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Media in Moldova only partially free, report says

(IJC/IFEX) - In 2012, the media in Moldova remained partially free, facing the same problems as in previous years - namely, the lack of financial independence, weaknesses in the legal framework, and stagnation of reforms at the level of public broadcasting – these are the main conclusions of the 2012 annual report on the situation of the media in Moldova, produced and released by the Independent Journalism Center.

The report consists of five chapters and includes information about private and public broadcasting, print and online media, as well as an analysis of the media in Transnistria.

The first part, entitled “Developments and Trends in the Moldovan Press in 2012,” highlights the most important political events in the country and presents the evolution of the country's media market. According to the report, the media in Moldova continued to develop at the same pace as during the previous year, with the same problems remaining unresolved by the government: reform of the public broadcaster; privatization of the press; regulation of defamation; and demonopolization of the media market by making known the owners and funders of media outlets and by establishing a legal framework for this purpose.

The second part of the report describes the situation of public broadcasting, analyzing how the Broadcasting Coordinating Council and the public companies Teleradio-Moldova and Teleradio-Gagauzia worked in 2012. The report finds that the situation in this respect remained almost unchanged, especially at Teleradio-Moldova, which had taken no major action to implement reforms announced previously.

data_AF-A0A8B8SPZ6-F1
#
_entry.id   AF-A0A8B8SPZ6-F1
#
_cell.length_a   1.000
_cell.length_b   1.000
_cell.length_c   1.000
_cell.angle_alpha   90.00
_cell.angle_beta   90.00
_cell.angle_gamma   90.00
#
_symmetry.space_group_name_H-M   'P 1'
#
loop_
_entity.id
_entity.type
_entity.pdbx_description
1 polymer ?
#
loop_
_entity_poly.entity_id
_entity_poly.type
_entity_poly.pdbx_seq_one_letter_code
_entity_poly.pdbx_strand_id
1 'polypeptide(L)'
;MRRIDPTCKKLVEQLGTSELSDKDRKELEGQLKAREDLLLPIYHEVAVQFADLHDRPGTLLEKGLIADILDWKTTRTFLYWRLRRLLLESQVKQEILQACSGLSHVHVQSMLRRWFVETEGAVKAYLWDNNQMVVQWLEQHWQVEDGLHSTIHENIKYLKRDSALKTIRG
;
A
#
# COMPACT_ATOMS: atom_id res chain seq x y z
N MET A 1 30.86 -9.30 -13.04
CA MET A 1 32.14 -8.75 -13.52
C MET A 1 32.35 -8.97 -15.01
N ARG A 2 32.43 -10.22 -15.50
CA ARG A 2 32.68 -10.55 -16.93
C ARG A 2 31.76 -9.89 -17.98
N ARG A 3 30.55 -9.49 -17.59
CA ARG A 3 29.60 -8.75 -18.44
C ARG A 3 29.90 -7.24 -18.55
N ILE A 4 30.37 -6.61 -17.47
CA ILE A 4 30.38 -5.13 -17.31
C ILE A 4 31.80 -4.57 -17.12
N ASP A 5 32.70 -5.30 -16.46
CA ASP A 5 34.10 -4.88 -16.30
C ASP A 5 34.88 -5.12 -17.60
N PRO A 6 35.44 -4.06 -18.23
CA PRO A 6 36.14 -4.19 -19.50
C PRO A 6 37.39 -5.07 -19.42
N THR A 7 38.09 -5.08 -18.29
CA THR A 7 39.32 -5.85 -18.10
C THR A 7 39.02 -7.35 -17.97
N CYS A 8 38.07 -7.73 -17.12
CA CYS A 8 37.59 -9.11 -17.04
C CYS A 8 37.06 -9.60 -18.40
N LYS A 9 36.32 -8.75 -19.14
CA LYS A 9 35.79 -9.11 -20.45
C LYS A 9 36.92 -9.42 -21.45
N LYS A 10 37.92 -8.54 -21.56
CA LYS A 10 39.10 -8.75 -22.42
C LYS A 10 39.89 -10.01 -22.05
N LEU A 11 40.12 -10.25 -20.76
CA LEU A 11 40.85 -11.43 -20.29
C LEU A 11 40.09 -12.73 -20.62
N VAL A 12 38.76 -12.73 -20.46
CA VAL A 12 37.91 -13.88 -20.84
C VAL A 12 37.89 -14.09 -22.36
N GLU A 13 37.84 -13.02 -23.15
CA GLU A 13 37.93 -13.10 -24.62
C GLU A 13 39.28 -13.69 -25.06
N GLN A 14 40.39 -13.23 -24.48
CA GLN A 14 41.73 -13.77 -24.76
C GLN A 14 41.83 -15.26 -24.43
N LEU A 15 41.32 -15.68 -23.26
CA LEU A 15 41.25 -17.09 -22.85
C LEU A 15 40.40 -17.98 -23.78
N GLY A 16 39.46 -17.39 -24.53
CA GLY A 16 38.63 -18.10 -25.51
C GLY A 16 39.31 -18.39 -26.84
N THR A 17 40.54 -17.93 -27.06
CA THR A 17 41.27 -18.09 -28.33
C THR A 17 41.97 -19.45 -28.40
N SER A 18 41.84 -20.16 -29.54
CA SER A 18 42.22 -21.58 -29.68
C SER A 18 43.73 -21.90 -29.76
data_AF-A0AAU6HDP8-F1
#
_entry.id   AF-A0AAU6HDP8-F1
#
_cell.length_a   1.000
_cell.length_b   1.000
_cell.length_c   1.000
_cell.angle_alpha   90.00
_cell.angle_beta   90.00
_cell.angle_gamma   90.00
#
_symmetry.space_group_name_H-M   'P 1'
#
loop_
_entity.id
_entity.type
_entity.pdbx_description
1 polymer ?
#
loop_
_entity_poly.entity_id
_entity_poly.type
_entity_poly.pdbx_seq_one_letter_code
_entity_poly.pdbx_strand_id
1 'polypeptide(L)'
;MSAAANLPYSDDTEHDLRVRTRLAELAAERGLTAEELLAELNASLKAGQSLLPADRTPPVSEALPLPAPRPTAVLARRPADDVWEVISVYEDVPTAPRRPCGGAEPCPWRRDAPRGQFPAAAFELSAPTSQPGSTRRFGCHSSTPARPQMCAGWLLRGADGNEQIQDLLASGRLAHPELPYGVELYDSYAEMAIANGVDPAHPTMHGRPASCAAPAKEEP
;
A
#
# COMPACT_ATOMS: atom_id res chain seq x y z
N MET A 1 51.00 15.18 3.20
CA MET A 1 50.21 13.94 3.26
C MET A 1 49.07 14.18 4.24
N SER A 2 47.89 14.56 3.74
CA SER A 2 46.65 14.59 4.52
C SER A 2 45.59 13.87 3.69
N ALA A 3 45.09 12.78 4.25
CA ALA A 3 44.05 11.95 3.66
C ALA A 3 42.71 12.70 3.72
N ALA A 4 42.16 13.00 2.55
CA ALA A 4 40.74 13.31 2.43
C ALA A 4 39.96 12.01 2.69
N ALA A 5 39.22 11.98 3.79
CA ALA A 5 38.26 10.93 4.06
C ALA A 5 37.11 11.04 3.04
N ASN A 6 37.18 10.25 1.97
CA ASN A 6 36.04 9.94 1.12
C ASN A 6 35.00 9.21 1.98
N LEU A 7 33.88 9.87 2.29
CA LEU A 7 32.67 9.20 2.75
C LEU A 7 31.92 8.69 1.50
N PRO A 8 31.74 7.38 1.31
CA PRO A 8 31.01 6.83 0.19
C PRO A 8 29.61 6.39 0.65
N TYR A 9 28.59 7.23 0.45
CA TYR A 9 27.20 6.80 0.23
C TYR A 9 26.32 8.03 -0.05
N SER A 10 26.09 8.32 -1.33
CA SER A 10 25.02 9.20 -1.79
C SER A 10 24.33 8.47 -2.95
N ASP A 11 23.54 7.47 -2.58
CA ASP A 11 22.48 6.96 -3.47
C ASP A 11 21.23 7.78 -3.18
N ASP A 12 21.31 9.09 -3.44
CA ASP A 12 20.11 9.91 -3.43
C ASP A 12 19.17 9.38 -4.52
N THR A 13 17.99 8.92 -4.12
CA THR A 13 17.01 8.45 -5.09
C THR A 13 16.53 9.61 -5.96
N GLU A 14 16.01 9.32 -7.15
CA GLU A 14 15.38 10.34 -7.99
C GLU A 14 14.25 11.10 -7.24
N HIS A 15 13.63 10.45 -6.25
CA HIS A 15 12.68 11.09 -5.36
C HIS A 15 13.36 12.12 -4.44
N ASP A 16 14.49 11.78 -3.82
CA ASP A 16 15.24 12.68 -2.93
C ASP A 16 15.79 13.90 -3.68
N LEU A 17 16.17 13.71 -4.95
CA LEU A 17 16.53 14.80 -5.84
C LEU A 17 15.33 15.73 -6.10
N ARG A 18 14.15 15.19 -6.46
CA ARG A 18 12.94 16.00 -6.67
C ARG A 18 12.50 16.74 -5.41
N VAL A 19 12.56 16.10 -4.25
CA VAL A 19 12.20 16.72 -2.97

Legislative developments in media law, cases of abuse and legal proceedings against journalists are covered in the third part of the report, titled “Freedom of Expression and Defamation in 2012.” It is stated that last year the legal framework was not perfected, since only a few minor changes were made to the Broadcasting Code, the Law on the Freedom of Expression, and the Criminal Code. During the year there were some violations of journalists' rights: restriction of journalists' access to events of public interest, assaults against journalists, and vandalizing of one media outlet's office.

The fourth part contains an analysis of the Transnistrian press and presents the most important events related to the media in the region and its behavior in 2012. The report notes that 2012 was not an easy year for the media in Transnistria, as the new administration made a number of attempts to limit the freedom of expression.

The last part includes the conclusions of the report and forecasts for 2013, made by journalists and civil society representatives.

The report, produced with the financial support of Civil Rights Defenders, Sweden, is available in Romanian, English, and Russian.

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